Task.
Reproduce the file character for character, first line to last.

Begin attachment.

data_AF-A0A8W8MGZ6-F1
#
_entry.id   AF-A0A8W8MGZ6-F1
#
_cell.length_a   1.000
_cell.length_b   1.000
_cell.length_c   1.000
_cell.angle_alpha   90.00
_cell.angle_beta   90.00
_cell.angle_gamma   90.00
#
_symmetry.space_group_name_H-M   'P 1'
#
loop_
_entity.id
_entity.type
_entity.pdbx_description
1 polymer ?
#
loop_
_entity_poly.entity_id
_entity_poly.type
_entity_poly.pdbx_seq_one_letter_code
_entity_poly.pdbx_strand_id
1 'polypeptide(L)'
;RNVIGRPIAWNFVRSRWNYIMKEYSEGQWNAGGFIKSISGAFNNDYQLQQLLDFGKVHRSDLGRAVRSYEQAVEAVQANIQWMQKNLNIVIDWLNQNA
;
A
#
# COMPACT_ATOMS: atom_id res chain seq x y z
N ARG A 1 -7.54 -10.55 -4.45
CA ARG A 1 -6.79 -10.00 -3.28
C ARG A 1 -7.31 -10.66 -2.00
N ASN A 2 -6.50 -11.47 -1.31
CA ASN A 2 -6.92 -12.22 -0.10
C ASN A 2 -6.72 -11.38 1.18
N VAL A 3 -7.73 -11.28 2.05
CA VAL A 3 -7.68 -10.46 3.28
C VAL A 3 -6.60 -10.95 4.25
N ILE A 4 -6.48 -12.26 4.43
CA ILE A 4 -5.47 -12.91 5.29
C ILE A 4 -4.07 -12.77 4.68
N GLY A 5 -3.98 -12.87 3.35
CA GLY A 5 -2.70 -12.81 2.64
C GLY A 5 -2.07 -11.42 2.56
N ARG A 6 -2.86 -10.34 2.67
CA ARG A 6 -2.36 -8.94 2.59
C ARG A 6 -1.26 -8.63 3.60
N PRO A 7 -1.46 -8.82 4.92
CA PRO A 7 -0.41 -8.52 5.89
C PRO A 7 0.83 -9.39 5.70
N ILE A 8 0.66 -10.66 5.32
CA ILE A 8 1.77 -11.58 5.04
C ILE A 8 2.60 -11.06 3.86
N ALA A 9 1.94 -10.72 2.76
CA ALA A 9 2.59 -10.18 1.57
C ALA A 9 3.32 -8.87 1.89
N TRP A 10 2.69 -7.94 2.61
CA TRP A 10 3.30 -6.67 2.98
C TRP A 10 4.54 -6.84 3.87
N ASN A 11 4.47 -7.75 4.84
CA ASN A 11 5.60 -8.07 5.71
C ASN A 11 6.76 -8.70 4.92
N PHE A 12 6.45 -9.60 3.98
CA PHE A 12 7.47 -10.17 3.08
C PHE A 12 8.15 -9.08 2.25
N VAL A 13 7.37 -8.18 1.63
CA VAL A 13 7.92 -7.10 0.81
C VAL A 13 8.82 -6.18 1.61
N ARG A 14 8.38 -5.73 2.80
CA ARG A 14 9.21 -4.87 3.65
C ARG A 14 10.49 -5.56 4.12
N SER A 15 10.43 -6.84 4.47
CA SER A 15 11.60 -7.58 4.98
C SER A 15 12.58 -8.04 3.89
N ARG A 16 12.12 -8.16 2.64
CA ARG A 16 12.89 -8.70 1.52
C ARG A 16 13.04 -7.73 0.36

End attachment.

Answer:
data_AF-A0A8W8MGZ6-F1
#
_entry.id   AF-A0A8W8MGZ6-F1
#
_cell.length_a   1.000
_cell.length_b   1.000
_cell.length_c   1.000
_cell.angle_alpha   90.00
_cell.angle_beta   90.00
_cell.angle_gamma   90.00
#
_symmetry.space_group_name_H-M   'P 1'
#
loop_
_entity.id
_entity.type
_entity.pdbx_description
1 polymer ?
#
loop_
_entity_poly.entity_id
_entity_poly.type
_entity_poly.pdbx_seq_one_letter_code
_entity_poly.pdbx_strand_id
1 'polypeptide(L)'
;RNVIGRPIAWNFVRSRWNYIMKEYSEGQWNAGGFIKSISGAFNNDYQLQQLLDFGKVHRSDLGRAVRSYEQAVEAVQANIQWMQKNLNIVIDWLNQNA
;
A
#
# COMPACT_ATOMS: atom_id res chain seq x y z
N ARG A 1 -7.54 -10.55 -4.45
CA ARG A 1 -6.79 -10.00 -3.28
C ARG A 1 -7.31 -10.66 -2.00
N ASN A 2 -6.50 -11.47 -1.31
CA ASN A 2 -6.92 -12.22 -0.10
C ASN A 2 -6.72 -11.38 1.18
N VAL A 3 -7.73 -11.28 2.05
CA VAL A 3 -7.68 -10.46 3.28
C VAL A 3 -6.60 -10.95 4.25
N ILE A 4 -6.48 -12.26 4.43
CA ILE A 4 -5.47 -12.91 5.29
C ILE A 4 -4.07 -12.77 4.68
N GLY A 5 -3.98 -12.87 3.35
CA GLY A 5 -2.70 -12.81 2.64
C GLY A 5 -2.07 -11.42 2.56
N ARG A 6 -2.86 -10.34 2.67
CA ARG A 6 -2.36 -8.94 2.59
C ARG A 6 -1.26 -8.63 3.60
N PRO A 7 -1.46 -8.82 4.92
CA PRO A 7 -0.41 -8.52 5.89
C PRO A 7 0.83 -9.39 5.70
N ILE A 8 0.66 -10.66 5.32
CA ILE A 8 1.77 -11.58 5.04
C ILE A 8 2.60 -11.06 3.86
N ALA A 9 1.94 -10.72 2.76
CA ALA A 9 2.59 -10.18 1.57
C ALA A 9 3.32 -8.87 1.89
N TRP A 10 2.69 -7.94 2.61
CA TRP A 10 3.30 -6.67 2.98
C TRP A 10 4.54 -6.84 3.87
N ASN A 11 4.47 -7.75 4.84
CA ASN A 11 5.60 -8.07 5.71
C ASN A 11 6.76 -8.70 4.92
N PHE A 12 6.45 -9.60 3.98
CA PHE A 12 7.47 -10.17 3.08
C PHE A 12 8.15 -9.08 2.25
N VAL A 13 7.37 -8.18 1.63
CA VAL A 13 7.92 -7.10 0.81
C VAL A 13 8.82 -6.18 1.61
N ARG A 14 8.38 -5.73 2.80
CA ARG A 14 9.21 -4.87 3.65
C ARG A 14 10.49 -5.56 4.12
N SER A 15 10.43 -6.84 4.47
CA SER A 15 11.60 -7.58 4.98
C SER A 15 12.58 -8.04 3.89
N ARG A 16 12.12 -8.16 2.64
CA ARG A 16 12.89 -8.70 1.52
C ARG A 16 13.04 -7.73 0.36